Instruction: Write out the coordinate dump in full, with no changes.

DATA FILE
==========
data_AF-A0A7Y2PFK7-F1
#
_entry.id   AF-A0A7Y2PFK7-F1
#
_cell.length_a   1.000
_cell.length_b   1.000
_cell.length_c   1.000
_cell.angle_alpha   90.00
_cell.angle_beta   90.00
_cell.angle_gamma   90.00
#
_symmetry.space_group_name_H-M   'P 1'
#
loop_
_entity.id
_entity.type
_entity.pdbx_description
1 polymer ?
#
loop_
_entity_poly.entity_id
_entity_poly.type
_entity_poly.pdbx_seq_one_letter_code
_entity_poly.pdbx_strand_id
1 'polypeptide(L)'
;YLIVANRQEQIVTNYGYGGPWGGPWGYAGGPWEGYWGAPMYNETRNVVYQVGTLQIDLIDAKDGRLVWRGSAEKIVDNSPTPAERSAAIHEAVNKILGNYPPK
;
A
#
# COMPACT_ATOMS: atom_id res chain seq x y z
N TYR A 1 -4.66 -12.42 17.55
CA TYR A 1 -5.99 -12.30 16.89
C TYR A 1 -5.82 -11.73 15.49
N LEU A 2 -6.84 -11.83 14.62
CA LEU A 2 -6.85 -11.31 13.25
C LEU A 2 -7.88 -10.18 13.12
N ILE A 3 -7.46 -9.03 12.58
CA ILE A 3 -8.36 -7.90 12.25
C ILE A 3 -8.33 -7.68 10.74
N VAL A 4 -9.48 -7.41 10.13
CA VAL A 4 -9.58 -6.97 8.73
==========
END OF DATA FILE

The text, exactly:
data_AF-A0A7Y2PFK7-F1
#
_entry.id   AF-A0A7Y2PFK7-F1
#
_cell.length_a   1.000
_cell.length_b   1.000
_cell.length_c   1.000
_cell.angle_alpha   90.00
_cell.angle_beta   90.00
_cell.angle_gamma   90.00
#
_symmetry.space_group_name_H-M   'P 1'
#
loop_
_entity.id
_entity.type
_entity.pdbx_description
1 polymer ?
#
loop_
_entity_poly.entity_id
_entity_poly.type
_entity_poly.pdbx_seq_one_letter_code
_entity_poly.pdbx_strand_id
1 'polypeptide(L)'
;YLIVANRQEQIVTNYGYGGPWGGPWGYAGGPWEGYWGAPMYNETRNVVYQVGTLQIDLIDAKDGRLVWRGSAEKIVDNSPTPAERSAAIHEAVNKILGNYPPK
;
A
#
# COMPACT_ATOMS: atom_id res chain seq x y z
N TYR A 1 -4.66 -12.42 17.55
CA TYR A 1 -5.99 -12.30 16.89
C TYR A 1 -5.82 -11.73 15.49
N LEU A 2 -6.84 -11.83 14.62
CA LEU A 2 -6.85 -11.31 13.25
C LEU A 2 -7.88 -10.18 13.12
N ILE A 3 -7.46 -9.03 12.58
CA ILE A 3 -8.36 -7.90 12.25
C ILE A 3 -8.33 -7.68 10.74
N VAL A 4 -9.48 -7.41 10.13
CA VAL A 4 -9.58 -6.97 8.73